Possible genetic link found between hypothyro


image: Three of these older golden retrievers provided blood samples for a study that found a possible genetic link between hypothyroidism and the development of T-zone lymphoma in dogs.
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Credit: Sallie Cox

DENVER / September 14, 2020 – A genetic mutation could be the reason dogs with hypothyroidism are less likely to develop T-zone lymphoma (TZL). This is the discovery of researchers funded by the Morris Animal Foundation at Colorado State University who tried to identify genetic risk factors for TZL using a genome-wide association study (GWAS) and subsequent targeted sequencing. They recently published their results in the journal BMC Genomics.

“Golden retrievers are predisposed to so many cancers,” said Dr Julia Labadie, an epidemiologist with the Morris Animal Foundation, who conducted the study as part of her doctoral work. “Any piece of the puzzle we can solve to help us understand why can really help this breed. Of course, golden retrievers aren’t the only dogs with this cancer, so what we’re learning has implications for all dogs at risk for TZL.

The published study follows a publication 2019 from the same team that examined environmental and health history associations in golden retrievers with TZL. The team found that hypothyroidism and omega-3 supplementation are associated with a decreased risk of TZL and suggested a genetic predisposition for TZL.

“This gives us additional information that we can add to future studies to ultimately help us understand why dogs get this and other cancers,” said Dr. Janet Patterson-Kane, Scientific Director of the Morris Animal Foundation. “Through continuous research, we are making progress in the development of preventive measures, earlier diagnosis and effective treatments. “

The team used a subset of banked blood samples from the original study to more closely search for a genetic explanation for their initial findings. The samples used came from 95 dogs positive for TZL, 142 from dogs which possessed T-zone cells which could be precancerous and 101 from a control group of dogs at least 9 years old and without the disease. .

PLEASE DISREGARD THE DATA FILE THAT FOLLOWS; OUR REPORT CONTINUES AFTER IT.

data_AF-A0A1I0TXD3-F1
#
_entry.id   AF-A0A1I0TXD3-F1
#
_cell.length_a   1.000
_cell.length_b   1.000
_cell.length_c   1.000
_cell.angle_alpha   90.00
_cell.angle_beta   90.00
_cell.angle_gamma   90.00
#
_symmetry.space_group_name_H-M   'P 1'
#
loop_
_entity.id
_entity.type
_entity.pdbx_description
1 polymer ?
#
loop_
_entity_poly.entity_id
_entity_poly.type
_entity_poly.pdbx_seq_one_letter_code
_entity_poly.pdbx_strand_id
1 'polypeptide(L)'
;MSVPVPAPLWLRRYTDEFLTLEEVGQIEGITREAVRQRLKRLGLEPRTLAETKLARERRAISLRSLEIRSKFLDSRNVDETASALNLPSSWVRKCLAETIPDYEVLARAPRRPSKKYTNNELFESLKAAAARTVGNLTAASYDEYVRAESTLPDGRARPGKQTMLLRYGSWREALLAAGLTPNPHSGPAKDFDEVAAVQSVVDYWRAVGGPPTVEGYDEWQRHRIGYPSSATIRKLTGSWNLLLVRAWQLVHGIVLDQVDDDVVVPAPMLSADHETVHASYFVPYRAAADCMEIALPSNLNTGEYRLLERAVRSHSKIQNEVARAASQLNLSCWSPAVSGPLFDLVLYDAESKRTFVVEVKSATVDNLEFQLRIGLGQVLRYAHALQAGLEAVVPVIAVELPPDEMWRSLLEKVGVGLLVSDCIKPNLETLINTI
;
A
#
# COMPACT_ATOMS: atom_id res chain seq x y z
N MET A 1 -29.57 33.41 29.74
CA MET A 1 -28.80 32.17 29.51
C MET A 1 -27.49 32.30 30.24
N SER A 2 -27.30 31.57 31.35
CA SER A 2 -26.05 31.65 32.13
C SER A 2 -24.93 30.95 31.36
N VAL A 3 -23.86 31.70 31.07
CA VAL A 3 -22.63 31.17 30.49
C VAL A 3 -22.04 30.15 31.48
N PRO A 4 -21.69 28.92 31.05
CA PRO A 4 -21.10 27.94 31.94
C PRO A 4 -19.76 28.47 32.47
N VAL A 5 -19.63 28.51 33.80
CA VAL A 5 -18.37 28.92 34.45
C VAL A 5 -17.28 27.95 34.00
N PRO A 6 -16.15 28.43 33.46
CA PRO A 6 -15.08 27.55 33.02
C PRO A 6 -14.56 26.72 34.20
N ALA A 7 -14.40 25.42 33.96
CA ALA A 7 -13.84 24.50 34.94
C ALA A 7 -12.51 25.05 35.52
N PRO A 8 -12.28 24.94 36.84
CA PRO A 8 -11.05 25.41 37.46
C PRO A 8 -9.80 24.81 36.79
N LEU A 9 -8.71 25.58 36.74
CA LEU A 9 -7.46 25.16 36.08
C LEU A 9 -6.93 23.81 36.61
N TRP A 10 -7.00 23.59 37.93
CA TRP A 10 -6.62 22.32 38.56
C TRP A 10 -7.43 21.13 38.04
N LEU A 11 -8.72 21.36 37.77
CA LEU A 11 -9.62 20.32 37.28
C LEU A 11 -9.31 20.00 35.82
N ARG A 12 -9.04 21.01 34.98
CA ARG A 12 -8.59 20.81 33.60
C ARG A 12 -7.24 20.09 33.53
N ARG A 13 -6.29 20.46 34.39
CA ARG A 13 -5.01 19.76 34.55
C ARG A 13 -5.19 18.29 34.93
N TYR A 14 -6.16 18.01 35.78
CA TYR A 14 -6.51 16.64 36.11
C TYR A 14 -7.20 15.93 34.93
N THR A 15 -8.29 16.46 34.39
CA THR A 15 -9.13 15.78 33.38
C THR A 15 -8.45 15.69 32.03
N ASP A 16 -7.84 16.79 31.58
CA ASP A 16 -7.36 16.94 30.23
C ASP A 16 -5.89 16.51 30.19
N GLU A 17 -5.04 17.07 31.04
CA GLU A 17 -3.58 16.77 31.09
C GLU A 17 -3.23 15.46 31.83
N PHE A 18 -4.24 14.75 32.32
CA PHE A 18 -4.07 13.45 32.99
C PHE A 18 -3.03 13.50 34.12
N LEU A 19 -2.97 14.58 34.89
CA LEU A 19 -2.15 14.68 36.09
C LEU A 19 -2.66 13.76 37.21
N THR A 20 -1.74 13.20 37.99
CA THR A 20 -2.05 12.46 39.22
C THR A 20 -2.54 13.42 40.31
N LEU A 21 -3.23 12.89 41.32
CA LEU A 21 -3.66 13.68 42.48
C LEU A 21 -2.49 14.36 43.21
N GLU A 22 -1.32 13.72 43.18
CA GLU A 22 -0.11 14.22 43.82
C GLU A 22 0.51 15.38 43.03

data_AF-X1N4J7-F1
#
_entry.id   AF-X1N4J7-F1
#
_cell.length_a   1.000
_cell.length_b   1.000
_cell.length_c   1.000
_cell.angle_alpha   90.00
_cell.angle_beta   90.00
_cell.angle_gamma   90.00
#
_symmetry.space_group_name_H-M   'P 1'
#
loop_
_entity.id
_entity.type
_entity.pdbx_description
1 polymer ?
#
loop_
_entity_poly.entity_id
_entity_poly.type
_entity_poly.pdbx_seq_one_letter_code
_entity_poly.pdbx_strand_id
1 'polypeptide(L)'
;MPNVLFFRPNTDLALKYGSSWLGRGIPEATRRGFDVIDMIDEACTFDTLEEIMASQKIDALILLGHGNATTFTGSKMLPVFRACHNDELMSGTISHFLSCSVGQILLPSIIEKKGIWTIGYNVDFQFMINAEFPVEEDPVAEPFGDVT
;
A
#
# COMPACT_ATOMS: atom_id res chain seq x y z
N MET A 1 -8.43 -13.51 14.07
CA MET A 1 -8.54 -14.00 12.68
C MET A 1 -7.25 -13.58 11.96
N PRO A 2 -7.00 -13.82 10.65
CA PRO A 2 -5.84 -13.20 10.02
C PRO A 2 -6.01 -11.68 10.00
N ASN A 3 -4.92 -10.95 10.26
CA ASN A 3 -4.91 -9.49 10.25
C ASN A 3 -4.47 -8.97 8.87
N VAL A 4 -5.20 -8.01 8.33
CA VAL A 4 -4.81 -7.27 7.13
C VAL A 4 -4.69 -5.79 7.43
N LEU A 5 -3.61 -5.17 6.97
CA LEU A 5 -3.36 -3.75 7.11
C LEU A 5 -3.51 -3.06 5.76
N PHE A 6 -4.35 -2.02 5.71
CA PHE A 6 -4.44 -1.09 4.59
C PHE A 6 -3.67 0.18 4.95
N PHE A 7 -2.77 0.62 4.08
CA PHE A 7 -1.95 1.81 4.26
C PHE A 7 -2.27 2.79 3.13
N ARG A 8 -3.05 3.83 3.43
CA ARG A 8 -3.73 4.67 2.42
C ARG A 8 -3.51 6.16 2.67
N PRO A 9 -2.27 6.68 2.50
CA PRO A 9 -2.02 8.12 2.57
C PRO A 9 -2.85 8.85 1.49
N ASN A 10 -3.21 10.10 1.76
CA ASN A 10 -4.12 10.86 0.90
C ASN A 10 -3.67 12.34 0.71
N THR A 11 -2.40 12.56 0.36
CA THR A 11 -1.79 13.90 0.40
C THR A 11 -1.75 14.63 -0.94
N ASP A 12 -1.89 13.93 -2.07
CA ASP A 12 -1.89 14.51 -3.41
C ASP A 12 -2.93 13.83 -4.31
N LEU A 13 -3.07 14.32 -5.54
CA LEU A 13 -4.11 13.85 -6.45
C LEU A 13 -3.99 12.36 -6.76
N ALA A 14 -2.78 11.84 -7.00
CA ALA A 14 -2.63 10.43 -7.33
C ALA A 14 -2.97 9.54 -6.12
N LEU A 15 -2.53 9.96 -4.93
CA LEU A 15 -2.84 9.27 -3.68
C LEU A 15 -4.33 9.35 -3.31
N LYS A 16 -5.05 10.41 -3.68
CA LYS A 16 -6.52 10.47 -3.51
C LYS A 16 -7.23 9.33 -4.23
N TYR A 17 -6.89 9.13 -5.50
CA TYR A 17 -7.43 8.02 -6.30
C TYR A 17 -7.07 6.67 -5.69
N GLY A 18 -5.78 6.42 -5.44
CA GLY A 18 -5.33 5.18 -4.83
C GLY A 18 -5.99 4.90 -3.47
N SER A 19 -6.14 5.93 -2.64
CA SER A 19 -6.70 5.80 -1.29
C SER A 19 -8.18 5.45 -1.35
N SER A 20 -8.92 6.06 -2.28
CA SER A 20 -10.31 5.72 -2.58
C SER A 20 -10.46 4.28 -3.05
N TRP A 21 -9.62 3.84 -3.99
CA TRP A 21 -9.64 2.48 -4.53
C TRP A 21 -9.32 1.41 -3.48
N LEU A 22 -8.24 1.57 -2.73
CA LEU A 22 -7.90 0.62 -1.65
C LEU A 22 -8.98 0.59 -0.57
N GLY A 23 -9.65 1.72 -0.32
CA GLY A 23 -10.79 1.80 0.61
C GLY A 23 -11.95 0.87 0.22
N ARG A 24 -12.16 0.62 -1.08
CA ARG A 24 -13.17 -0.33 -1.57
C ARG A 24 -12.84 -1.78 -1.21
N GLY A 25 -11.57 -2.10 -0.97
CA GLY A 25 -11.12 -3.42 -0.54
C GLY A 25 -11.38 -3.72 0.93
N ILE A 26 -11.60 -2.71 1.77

The researchers extracted DNA from each sample and genotyped it to identify areas of dogs’ chromosomes associated with having the disease or not. A region of interest has been found in chromosome 8 which has an association with the regulation of thyroid hormones. Although variation in genes associated with thyroid function has not yet been confirmed, the identification of the region containing the thyroid hormone genes in the study of genetic risk factors as well as hypothyroidism in the study of Environmental risk factors strongly suggest that this area of ​​the dog’s genome is a clue to the underlying causes of T-zone lymphoma.

“This study illustrates the value of the combined analysis of genetic and environmental risk factors, because the identification of hypothyroidism in the environmental study, as well as a genetic region that governs thyroid function in the genetic study,” highlights the importance of this part of the dog’s genome in this disease, ”said Dr. Anne Avery, professor in the Department of Microbiology, Immunology and Pathology at Colorado State University. “The relevant genes may be the thyroid function genes themselves, or other genes in the region, but the strong evidence from the combined studies on the importance of this genetic region means we can be sure that attention increased on this area will be fruitful. “

The CSU team also found four variants on chromosome 14 that were associated with an increased risk of TZL. These same variants were previously associated with the risk of mast cell tumors in golden retrievers, which may suggest a common mechanism underlying the development of both cancers. This independent study from the Broad Institute used similar genotyping methods. The CSU team, however, did not find that dogs with the chromosomal variants were likely to have both tumors.

T-zone lymphoma is a slowly progressive form of cancer that usually develops in older dogs, accounting for about 12% of canine lymphoma cases. It is much more common in golden retrievers than any other breed, with golden retrievers accounting for over 40% of all reported cases.

Most of the golden retrievers in the control group for this study were from the Morris Animal Foundation’s Canine Lifetime Health project. This is a registry of dogs whose owners want to participate in clinical trials and other studies aimed at improving canine health. Many dogs entered the registry during the Morris Animal Foundation’s recruiting phase Golden Retriever Lifetime Study, but were too old to participate in the study at the time of enrollment.

About the Morris Foundation for Animals

The Morris Animal Foundation’s mission is to connect science and resources to advance animal health. Founded by a veterinarian in 1948, we fund and conduct critical health studies for the benefit of all animals. Learn more about morrisanimalfoundation.org.

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